Perhaps because of the cold, grey weather and scattered snowfalls there is even less reports than usual for this time of year. After some sleuthing this morning it sure seems like we have had a recent avalanche cycle in the big mountains and that may continue over the weekend. Lots of September/October snowfalls and some recent high winds so it shouldn't be a big surprise.
From the wise folks at Rogers Pass there is reports of moist spring-like slides in some of the steep gullies east of the summit and numerous loose snow and slab avalanches in the alpine and high treeline west of the summit. Many of these were up to size 2 and all big enough to push a person around and beat them up on the still rough ground cover. At 1905m on the west side of Rogers Pass there is around 30cm of snow on the ground with a crust near the ground and another crust mid pack. Some surface hoar was just buried by the last wee snowfall. Snow at the pass (1330m) and the plow trucks are working.
In the Rockies, there was a reliable report from the past two days of avalanches up to size 2 above 2800m on steep north aspects on Storm Mountain(Banff park). Also an unconfirmed report of a small size 2 that may or may not have involved people on the A2(Boundary Glacier-Columbia Icefields). 2nd hand report of shin to isolated thigh deep drifts on the Athabasca North glacier today from a guided party that turned around due to avalanche concerns up to size 2.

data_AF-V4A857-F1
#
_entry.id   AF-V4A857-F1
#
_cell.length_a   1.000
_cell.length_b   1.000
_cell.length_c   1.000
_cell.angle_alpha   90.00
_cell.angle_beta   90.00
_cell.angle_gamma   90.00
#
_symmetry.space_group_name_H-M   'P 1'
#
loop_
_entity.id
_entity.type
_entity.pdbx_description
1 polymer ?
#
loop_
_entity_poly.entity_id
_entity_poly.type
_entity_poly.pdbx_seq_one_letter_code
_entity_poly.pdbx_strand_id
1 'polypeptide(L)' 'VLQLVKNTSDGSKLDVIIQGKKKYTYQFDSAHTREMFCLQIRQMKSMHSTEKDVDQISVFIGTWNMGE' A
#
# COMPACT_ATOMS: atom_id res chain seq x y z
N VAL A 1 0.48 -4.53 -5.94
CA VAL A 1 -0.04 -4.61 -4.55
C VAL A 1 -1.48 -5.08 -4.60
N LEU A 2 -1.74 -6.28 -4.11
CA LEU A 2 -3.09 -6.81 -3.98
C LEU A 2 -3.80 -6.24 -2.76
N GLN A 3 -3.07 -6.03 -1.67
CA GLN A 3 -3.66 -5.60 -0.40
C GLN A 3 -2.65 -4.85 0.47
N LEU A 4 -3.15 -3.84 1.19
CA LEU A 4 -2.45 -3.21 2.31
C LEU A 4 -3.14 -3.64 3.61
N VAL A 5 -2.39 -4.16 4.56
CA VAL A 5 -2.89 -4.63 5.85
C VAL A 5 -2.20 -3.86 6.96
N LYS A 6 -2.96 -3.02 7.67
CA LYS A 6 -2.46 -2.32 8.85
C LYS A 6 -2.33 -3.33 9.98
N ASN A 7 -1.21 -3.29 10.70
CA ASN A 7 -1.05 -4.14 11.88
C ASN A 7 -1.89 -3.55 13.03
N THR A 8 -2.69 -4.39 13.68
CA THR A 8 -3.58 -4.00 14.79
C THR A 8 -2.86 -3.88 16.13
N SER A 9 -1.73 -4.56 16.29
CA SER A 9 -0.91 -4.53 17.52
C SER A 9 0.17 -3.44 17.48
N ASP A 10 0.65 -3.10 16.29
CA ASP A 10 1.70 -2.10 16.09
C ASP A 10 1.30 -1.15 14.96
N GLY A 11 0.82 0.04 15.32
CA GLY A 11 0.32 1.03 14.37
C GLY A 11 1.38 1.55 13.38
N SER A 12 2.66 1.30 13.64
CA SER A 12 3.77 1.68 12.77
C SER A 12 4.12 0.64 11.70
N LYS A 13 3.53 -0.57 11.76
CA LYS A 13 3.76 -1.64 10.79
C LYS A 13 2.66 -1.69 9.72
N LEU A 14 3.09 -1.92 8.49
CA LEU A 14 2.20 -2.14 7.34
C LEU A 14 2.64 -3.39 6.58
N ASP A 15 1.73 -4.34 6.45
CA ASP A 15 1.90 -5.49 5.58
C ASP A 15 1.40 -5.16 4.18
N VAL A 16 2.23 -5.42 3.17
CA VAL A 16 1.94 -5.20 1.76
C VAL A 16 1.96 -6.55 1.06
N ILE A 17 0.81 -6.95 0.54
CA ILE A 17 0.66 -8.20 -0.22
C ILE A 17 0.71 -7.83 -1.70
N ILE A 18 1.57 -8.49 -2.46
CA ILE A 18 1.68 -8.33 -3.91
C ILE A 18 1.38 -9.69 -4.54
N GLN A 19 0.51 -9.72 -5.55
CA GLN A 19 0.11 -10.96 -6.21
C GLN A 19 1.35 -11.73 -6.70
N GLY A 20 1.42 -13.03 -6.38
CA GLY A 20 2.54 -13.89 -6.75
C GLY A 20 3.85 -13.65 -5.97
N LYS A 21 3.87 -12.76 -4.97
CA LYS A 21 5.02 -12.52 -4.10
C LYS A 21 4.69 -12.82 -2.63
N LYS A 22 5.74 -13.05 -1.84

There was a crust buried in places in the Rockies alpine around September 30th and there was some surface hoar buried around September 24th. No idea if they still exist or are a concern but it is this uncertainty that is the main problem currently. We have a very low density of observations to base decisions on but given how few people are in the mountains these days, the number of reported avalanches, the recent weather and the forecasted precipitation, it seems like a very conservative approach to the terrain is the only reasonable answer for the next little while. Even in the dry ranges there may be some isolated windslabs that could really spoil your day.
Ice has certainly formed from the precipitation and sustained cold temperatures. The trick will be finding some climbable ice without an avalanche hazard.
People have been skiing on clear days on mostly gentle glaciers and that makes sense. Probably a really poor idea to be traveling on the poorly bridged glaciers without good light unless you want some "real" glacier travel and maybe even crevasse rescue practice.
Fat ice and fat snow is coming but it is very much transition time right now. I have less faith in early season ice and snow, especially when we have so few observations to base our decisions on. When the skies clear again there could be some fine adventure to be had but keep that early season uncertainty in mind for quite awhile yet.
ACMG Mountain Guide